News

Monday, 21. June 2010

PARI LC SPRINT: nebuliser of choice for clinical trials with inhaled antibiotic

The main advantage of inhaled antibiotic therapy is that the drug directly reaches the site of action and reduces adverse events for the entire organism. Recent results from ongoing clinical trials with ciprofloxacin – an antibiotic with a broad antibacterial spectrum – were presented at the ATS conference in New Orleans. This drug is currently commercially available for oral or intravenous administration only, but is now being tested as an inhaled drug. The active substance has been specifically reformulated for patient-friendly use with once daily administration via the PARI LC SPRINT nebuliser.

According to the study investigators, the reason for selecting the  PARI LC® SPRINT nebuliser was that many patients with cystic fibrosis or bronchiectasis have similar systems at home and are very familiar with its use and inhalation technique.

The lungs of people suffering from cystic fibrosis or bronchiectasis are often persistently colonised with bacteria. This leads to an inflammatory process, mucus overproduction and severe tissue damage in this vital organ. Pseudomonas aeruginosa, a prevalent organism is of particular concern in this population, . Only certain antibiotics are suitable to destroy it -ciprofloxacin is one of them. It is a well-established drug available since the 1980’s which is currently available as tablets, drops, or solution for infusion or injection.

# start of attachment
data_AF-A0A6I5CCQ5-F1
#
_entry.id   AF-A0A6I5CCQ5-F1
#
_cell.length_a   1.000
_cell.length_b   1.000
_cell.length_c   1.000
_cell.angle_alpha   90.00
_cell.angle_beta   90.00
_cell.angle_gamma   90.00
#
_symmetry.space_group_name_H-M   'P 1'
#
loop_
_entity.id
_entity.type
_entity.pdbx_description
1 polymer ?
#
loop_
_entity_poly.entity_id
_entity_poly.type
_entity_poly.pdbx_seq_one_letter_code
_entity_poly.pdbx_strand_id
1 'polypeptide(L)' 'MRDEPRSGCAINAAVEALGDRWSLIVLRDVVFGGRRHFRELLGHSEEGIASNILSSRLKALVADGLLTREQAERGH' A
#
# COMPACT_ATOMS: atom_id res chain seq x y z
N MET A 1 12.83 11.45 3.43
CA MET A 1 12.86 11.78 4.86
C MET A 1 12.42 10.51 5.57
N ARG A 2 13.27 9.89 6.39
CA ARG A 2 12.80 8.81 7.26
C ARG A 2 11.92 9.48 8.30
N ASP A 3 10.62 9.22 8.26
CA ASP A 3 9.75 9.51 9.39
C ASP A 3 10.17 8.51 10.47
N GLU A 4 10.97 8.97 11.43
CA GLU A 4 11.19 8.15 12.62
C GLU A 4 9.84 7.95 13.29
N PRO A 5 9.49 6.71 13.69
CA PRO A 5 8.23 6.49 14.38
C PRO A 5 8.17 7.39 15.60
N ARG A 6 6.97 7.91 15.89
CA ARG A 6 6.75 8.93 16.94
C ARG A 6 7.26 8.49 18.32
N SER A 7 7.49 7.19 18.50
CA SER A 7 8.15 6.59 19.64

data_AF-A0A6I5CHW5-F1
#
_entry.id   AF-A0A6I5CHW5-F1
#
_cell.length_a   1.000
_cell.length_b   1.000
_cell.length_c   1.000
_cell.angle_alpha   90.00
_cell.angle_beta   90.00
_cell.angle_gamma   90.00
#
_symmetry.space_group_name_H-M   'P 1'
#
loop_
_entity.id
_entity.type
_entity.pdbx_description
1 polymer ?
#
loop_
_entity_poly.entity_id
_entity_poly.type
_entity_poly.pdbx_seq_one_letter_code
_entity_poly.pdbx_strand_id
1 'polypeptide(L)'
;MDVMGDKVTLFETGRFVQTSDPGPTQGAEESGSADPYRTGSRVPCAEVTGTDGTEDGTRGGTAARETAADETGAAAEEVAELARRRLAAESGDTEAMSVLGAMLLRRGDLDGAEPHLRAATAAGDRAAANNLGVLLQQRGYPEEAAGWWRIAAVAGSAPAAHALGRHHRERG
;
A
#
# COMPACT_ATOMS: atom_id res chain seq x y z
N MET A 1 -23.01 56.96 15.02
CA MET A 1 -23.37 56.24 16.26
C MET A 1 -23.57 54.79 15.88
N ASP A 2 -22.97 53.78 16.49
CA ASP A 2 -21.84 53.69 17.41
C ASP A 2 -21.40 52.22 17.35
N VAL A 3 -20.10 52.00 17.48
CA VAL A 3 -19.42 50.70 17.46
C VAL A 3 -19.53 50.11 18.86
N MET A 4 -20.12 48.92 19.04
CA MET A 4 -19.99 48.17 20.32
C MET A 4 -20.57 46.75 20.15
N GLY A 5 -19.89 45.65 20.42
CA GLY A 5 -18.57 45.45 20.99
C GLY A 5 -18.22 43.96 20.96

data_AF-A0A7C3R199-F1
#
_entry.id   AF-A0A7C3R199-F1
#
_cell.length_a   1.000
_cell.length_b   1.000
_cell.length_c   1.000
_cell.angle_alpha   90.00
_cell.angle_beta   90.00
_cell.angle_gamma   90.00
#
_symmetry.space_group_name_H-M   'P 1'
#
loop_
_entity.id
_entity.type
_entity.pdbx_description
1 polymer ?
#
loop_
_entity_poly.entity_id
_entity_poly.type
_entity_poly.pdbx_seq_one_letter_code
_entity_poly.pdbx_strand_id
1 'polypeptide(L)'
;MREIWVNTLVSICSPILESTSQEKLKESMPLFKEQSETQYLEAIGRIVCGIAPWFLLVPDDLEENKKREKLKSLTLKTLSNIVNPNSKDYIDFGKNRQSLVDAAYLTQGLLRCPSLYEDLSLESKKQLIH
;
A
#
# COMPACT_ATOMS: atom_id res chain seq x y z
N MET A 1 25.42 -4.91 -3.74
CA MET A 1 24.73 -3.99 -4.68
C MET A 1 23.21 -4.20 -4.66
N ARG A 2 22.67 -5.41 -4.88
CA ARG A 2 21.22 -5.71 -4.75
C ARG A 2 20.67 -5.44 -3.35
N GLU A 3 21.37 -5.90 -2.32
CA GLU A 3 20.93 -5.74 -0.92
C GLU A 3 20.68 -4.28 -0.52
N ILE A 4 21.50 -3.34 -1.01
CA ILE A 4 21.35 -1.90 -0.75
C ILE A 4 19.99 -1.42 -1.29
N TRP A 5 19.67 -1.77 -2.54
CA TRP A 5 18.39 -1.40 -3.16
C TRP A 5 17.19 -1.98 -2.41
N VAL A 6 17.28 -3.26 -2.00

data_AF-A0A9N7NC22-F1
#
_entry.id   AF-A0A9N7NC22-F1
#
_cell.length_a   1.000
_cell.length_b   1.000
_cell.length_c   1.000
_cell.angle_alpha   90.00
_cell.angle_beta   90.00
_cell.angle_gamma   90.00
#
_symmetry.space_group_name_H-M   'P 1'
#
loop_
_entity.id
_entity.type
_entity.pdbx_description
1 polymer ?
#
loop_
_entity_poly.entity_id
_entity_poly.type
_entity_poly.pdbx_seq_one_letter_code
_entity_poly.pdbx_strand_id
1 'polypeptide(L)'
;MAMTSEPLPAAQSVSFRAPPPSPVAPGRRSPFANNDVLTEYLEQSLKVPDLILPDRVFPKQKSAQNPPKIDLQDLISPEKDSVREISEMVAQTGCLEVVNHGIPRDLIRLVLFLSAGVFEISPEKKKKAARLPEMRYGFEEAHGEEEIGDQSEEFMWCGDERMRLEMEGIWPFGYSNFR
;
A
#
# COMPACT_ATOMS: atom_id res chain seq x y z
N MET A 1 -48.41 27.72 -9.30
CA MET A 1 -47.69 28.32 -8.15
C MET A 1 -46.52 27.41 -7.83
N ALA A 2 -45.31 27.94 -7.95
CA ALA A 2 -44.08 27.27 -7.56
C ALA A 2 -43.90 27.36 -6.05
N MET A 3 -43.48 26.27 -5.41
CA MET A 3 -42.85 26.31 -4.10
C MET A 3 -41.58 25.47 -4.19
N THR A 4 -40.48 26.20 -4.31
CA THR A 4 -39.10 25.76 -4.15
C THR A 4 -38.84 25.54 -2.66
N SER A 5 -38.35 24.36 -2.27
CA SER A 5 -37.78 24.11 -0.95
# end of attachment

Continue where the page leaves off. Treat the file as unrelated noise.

Inhaling this substance directly into the lungs may greatly increase the benefit to risk- ratio for patients – that is the firm belief of the scientists at Aradigm Corporation. The company specializes in products for severe lung disease. Researchers at Aradigm managed to pack ciprofloxacin into nanoparticles. This leads to a slow release of the active substance in the lungs and a concomitant long duration of action. The great advantage: the drug has to be administered only once daily. Cystic fibrosis patients will appreciate this, as their treatment burden is very high – often taking more than one hour per day.

The current state of development was presented during the annual conference of the American Thoracic Society (ATS). Study results so far, demonstrate that the number of bacteria in mucus that patients coughed up could be reduced by a factor of 1000 to 10000.  No serious adverse events occurred.

These encouraging results promote further development of the drug product and "will support inclusion of young CF patients in our future pivotal trials," said Dr. Paul Bruinenberg, the Company's Medical Director. In May, the FDA gave the “go-ahead” for further clinical studies.

Bilton et al. ATS conference 2010: poster E49
Bruinenberg et al. ATS conference 2010: poster E50